Examination of the Hand and Wrist: Introduction (05:33)
Jon Englund welcomes participants to his lecture and explains he met Carrie Jaworski while studying at Northwestern University. His talk will cover wrist examination. Englund reviews basic anatomy of the wrist including the bones, ligaments, and tendons.
Wrist Instabilities (02:52)
Learn the difference between a dorsal intercalated instability (DC) and a volar intercalated instability (VC). An oblique wrist view gives physicians an opportunity to better diagnose fractures and osteoarthritis.
MRI Imaging (03:09)
Englund explains the different views of an MRI of the wrist. A wrist examination begins with observing the patient: how they hold the wrist, ability to move, and if there are any deformities, swelling, or atrophy. A Jamar dynamometer can determine the strength of the patient.
Palpate the radial, dorsal, ulnar, and palmar sides of the wrist to determine issues. England explains the technique to examine, by touch, the radial wrist.
Dorsal Wrist (04:52)
Englund demonstrates the technique to palpate the dorsal wrist and cautions it can be difficult to examine the carpometacarpal joints. The ulnar wrist can diagnose triangular fibrocartilage complex injuries.
Ulnar Wrist (02:59)
Pushing on the ulnar styloid can determine if a patient suffers from piano key. Englund explains where to give carpal tunnel injections.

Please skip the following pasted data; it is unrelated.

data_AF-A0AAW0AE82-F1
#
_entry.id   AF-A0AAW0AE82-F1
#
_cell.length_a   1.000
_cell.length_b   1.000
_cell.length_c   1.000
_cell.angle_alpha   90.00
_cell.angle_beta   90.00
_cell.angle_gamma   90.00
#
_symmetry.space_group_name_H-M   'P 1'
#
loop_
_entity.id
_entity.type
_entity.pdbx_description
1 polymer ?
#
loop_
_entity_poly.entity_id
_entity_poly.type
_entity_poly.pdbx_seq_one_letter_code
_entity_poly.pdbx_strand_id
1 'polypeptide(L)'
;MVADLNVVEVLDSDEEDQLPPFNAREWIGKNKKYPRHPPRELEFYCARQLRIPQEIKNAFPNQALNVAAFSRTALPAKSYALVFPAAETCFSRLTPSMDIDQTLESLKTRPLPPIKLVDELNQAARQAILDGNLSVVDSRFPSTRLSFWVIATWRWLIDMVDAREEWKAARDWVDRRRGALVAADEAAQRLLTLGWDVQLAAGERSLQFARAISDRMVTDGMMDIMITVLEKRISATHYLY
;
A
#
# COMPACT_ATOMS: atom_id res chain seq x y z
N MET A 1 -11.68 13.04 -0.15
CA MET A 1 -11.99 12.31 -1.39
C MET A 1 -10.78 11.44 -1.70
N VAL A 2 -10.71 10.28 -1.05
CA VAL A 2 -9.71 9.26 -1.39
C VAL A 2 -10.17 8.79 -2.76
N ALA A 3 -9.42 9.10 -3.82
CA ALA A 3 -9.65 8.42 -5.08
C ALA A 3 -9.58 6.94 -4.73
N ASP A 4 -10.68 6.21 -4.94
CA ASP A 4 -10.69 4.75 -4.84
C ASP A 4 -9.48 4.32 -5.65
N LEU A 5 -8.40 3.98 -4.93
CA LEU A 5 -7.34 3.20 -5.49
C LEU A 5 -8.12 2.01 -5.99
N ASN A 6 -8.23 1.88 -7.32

Special Tests (04:28)
Watson's shift, finger extension, compression, drawer, Shuck and Tinel's tests help determine wrist instabilities. England describes how to properly administer the tests and what comprises a positive diagnosis.
Nerve/ Vascular Impingement (01:59)
Englund describes Durken's, Tinel's, and Phalen's tests for nerve compression. Ulnar artery thrombosis occurs in bikers and patients who do repetitive gripping.
Hand Anatomy (04:43)
Jaworski reviews the anatomy of the hand and the importance of determining if the tendons are involved in the Palmer creases. Look at fingers, metacarpophalangeal joints, and interphalangeal joints to diagnose a hand injury. The ulnar nerve allows individuals to give a firm handshake.
Tendons in the Hand (02:46)
Jaworski reviews the extensor and flexor tendons and how to test proximal interphalangeal joint injuries. There are two neurovascular bundles in the hand. The Bunnel-Littler test can determine the tightness of the intrinsics.
Hand Strength Testing (04:13)
Manual strength and Jamar dynamometer can test for strength. Jaworski describes how to palpate a hand to diagnose any injuries. Mallet finger is an injury to the thin tendon that straightens the end joint of a finger or thumb.
Flexor Tendon Injury (03:01)
The tendon can retract down into the wrist; Jaworski recommends referring these type of injuries to a surgeon. Collateral ligament injuries tend to to occur in basketball and volleyball players.
Metacarpal Neck Fractures (02:55)
Skier's thumb is a hyperextension of the ulnar collateral ligament; obtain an x-ray. Ensure there is no angular or rotational deformity in metacarpal neck fractures.
Credits: Examination of the Hand and Wrist (00:58)
Credits: Examination of the Hand and Wrist
For additional digital leasing and purchase options contact a media consultant at 800-257-5126
(press option 3) or firstname.lastname@example.org.